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Yellow vests, red shirts and other protest outfits

Yellow vests, red shirts and other protest outfits

A yellow vest protester at one of the March protests in Montpellier, southern France AFP/Pascal GUYOT

PARIS: High-visibility yellow vests that drivers must have in their cars in case of emergency are the chosen symbol of an ongoing protest movement in France that began six months ago.

As the anti-government "yellow vest" protests that kicked off in November continue with the 27th consecutive demonstration due Saturday on (May 18), here is a look at other accessories of protest in France and elsewhere.


The Phrygian cap - a soft cone-shaped red hat with a bent tip - became a symbol of the first French republic after the 1789 revolution.

Dating back to the ancient kingdom of Phrygia in Anatolia, it has endured to this day as a traditional marker of revolutionary values.

The cap is often worn by the symbolic Marianne, a female figure who represents the French republic and values of freedom, and features in countless statues, sculptures and paintings.

A group of bare-breasted women wearing red hoodies to represent the Marianne made an appearance at one of the early "yellow vest" demonstrations in Paris in December.

The Phrygian cap also made a showing at 2014 protests against laws easing abortion restrictions and legalising gay marriage, which were considered attacks on the traditional family.

A different kind of red cap, the "bonnet rouge", was seen on the streets of Brittany in 2013 as part of demonstrations against an environmental tax on heavy goods vehicles.


Long red tunics and white caps, inspired by Canadian author Margaret Atwood's famous dystopian novel The Handmaid's Tale, have become a powerful outfit of protest in 2018 as part of the #MeToo movement.

Campaigners against female oppression have dressed as handmaids in demonstrations around the world, including in the United States, Argentina, Ireland and Poland.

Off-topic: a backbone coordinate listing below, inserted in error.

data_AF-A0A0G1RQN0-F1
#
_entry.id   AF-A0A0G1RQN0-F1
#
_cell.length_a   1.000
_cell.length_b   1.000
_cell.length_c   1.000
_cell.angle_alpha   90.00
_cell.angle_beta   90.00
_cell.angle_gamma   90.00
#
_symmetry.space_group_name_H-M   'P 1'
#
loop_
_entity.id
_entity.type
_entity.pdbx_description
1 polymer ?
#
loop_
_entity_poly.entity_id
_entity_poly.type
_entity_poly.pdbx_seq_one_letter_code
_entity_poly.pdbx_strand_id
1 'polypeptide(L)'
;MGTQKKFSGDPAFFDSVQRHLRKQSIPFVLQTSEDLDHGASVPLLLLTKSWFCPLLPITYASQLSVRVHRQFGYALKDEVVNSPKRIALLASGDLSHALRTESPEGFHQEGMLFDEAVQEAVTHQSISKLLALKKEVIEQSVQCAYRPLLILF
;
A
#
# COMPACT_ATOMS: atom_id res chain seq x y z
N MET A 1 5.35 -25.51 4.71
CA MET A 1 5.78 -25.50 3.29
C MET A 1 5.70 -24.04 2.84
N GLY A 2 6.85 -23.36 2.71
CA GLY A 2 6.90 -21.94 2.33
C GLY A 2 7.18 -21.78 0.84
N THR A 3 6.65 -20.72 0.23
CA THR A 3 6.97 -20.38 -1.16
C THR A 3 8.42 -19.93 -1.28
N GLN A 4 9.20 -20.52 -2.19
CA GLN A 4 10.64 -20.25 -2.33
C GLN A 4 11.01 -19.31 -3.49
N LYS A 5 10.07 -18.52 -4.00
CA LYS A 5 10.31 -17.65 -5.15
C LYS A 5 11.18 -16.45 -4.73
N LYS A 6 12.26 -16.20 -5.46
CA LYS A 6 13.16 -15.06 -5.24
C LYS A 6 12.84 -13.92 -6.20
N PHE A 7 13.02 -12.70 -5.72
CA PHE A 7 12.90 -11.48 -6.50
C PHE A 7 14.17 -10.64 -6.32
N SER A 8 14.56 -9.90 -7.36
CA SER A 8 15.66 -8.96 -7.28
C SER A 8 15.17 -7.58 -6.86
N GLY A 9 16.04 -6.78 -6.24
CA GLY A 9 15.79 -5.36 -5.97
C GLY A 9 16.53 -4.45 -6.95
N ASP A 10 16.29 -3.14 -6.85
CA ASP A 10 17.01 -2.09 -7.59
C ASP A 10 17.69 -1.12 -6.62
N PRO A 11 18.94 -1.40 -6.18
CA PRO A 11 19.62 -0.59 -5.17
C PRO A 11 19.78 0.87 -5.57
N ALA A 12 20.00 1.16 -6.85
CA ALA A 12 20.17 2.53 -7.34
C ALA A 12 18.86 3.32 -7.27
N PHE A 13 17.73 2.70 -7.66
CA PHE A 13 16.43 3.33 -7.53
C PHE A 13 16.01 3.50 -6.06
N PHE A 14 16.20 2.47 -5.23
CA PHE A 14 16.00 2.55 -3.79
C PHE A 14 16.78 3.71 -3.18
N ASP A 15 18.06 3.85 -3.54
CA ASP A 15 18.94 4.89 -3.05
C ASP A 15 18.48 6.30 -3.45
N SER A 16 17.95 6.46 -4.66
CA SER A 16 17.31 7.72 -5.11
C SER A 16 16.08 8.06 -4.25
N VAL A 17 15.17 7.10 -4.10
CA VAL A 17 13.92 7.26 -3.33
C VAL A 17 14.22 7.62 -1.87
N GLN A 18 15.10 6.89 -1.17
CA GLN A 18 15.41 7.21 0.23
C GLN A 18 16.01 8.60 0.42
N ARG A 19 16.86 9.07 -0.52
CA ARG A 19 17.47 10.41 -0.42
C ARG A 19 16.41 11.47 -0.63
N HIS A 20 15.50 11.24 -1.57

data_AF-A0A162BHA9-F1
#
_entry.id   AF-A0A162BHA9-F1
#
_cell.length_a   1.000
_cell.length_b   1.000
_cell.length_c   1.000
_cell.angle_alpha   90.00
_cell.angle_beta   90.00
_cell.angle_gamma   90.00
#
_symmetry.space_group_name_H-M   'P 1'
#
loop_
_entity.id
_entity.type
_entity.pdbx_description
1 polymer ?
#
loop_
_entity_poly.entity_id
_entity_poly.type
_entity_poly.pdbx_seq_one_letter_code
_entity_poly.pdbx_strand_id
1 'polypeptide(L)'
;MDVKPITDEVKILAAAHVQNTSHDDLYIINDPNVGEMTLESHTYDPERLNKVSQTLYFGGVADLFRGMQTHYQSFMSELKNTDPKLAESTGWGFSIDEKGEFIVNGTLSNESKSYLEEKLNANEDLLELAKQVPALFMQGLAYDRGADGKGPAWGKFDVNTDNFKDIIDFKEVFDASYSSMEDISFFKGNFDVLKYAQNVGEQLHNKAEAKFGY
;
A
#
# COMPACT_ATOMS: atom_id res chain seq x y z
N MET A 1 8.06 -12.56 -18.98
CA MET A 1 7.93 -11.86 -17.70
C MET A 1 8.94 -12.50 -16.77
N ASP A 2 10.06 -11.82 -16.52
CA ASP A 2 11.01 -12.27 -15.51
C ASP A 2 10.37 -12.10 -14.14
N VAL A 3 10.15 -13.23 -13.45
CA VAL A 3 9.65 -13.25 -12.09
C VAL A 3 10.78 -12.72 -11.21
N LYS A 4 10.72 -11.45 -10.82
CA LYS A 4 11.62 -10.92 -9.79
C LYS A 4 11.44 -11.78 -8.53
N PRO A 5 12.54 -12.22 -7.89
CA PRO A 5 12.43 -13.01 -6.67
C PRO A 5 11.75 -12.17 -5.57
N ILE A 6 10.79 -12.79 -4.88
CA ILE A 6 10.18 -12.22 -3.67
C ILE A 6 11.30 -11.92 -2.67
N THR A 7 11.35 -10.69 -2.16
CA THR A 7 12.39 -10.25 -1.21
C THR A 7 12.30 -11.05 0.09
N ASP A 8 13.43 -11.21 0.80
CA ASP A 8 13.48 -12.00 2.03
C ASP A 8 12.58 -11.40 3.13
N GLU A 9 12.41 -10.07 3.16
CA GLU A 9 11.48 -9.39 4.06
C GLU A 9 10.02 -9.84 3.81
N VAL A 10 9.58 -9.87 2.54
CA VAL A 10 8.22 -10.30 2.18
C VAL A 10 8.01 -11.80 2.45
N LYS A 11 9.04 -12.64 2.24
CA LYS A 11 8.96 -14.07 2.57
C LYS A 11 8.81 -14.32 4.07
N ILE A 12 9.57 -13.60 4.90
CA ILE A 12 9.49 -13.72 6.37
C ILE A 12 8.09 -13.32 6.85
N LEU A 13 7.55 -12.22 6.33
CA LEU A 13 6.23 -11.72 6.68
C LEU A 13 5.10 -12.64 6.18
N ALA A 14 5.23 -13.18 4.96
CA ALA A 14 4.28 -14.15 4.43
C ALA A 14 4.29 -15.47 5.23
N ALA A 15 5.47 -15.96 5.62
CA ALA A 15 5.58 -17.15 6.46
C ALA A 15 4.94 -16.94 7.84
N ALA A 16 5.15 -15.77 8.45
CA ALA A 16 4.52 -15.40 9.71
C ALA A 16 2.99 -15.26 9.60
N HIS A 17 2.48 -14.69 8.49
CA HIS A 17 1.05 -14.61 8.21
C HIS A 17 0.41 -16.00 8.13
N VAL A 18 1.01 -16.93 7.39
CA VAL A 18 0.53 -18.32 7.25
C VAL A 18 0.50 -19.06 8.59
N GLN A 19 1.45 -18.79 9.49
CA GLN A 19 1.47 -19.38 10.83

Women dressed as characters from the novel-turned-TV series The Handmaid's Tale protest in front of the Alexander Hamilton Customs House on Jul 31, 2018, where US Vice President Mike Pence was speaking at a Department of Homeland Security conference. (Photo: AFP/Timothy A Clary)

Fighting the same cause, "pussy hats" - knitted pink beanies with cat ears - made a mass appearance in US demonstrations after the inauguration of President Donald Trump in January 2017.

A poke at Trump's demeaning comments about women, the woolly hats have featured at women's rights demonstrations since then, including large gatherings in Washington in January 2018 and 2019.

"Pussy hats" are sold during a march organised by the Women's March Alliance in the Manhattan borough of New York City, on Jan 19, 2019. (Photo: REUTERS/Caitlin Ochs)


Political unrest in Thailand took a colourful turn in 2008 when "yellow shirts" protesters defended the king against the "red shirts", who supported ousted ex-prime minister Thaksin Shinawatra.

Thai pro-government "Red Shirts" protesters attend a rally to support the government in Bangkok on May 11, 2014. (Photo: AFP/Pornchai Kittiwongsakul)

Yellow was associated with royalists and elites in Bangkok while red represented the rural northern regions.

"Blue shirts" were added to the mix in 2009 for those rallying behind the politician Newin Chidchob, in opposition to the "red shirts".


Thousands of colourful, opened umbrellas covered Hong Kong's streets in 2014 during protests against electoral reform in the former British colony, initially as a peaceful means of protection against the police.

Activists attend a protest in Hong Kong on Apr 28, 2019, against a controversial move by the government to allow extraditions to the Chinese mainland. (Photo: AFP/Anthony Wallace)

The accessory became the symbol of the pro-democracy movement and even appeared inside Hong Kong's parliament, as well as featuring in a British Museum exhibition in 2018.


Demonstrators against Nicaraguan President Daniel Ortega chose red lipstick as their mark of protest in 2018, using the slogan #soypicorojo (I am with red lips) to call for the liberation of political prisoners.

The action was inspired by militant feminist Marlen Chow, who when arrested, applied her lipstick and then passed the stick around fellow detainees encouraging them to do the same.

Source: AFP/ec


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